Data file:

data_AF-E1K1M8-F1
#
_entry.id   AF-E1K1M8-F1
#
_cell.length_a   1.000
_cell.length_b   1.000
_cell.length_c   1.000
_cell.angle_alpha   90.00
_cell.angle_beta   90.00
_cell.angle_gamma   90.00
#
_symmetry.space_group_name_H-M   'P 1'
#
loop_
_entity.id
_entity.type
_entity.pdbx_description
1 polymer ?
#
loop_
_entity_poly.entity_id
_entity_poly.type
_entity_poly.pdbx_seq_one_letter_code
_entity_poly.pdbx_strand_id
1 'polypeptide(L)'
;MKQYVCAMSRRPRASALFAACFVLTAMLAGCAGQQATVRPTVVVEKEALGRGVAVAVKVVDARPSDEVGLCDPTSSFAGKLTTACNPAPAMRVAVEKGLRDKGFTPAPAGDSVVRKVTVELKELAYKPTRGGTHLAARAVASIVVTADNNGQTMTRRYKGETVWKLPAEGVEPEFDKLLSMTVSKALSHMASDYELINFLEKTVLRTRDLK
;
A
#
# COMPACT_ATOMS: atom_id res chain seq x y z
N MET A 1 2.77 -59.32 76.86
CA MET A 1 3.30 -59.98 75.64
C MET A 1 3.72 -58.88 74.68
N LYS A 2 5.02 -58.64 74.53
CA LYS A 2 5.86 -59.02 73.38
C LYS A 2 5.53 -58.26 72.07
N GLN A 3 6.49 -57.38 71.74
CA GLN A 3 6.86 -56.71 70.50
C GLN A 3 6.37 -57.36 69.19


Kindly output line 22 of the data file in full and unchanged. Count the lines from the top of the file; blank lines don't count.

_entity_poly.type